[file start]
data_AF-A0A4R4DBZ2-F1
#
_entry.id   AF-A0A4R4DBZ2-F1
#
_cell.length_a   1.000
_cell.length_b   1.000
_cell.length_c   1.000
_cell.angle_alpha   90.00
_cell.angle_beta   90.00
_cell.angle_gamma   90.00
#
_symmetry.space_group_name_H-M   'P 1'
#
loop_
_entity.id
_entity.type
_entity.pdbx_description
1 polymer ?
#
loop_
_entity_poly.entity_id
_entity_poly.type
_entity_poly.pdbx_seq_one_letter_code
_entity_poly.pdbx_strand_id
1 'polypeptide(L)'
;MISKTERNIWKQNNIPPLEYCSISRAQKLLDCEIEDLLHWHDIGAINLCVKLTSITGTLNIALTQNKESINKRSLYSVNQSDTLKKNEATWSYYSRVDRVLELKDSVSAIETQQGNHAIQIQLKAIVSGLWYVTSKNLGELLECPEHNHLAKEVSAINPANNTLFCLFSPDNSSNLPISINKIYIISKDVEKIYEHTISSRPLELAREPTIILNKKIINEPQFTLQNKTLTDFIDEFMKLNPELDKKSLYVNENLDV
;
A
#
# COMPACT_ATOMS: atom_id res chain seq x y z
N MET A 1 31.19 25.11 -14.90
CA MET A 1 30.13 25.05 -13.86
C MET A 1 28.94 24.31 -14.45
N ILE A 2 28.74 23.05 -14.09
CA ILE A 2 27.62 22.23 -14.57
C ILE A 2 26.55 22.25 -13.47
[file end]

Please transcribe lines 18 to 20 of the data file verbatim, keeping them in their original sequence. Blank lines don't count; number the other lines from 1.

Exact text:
1 polymer ?
#
loop_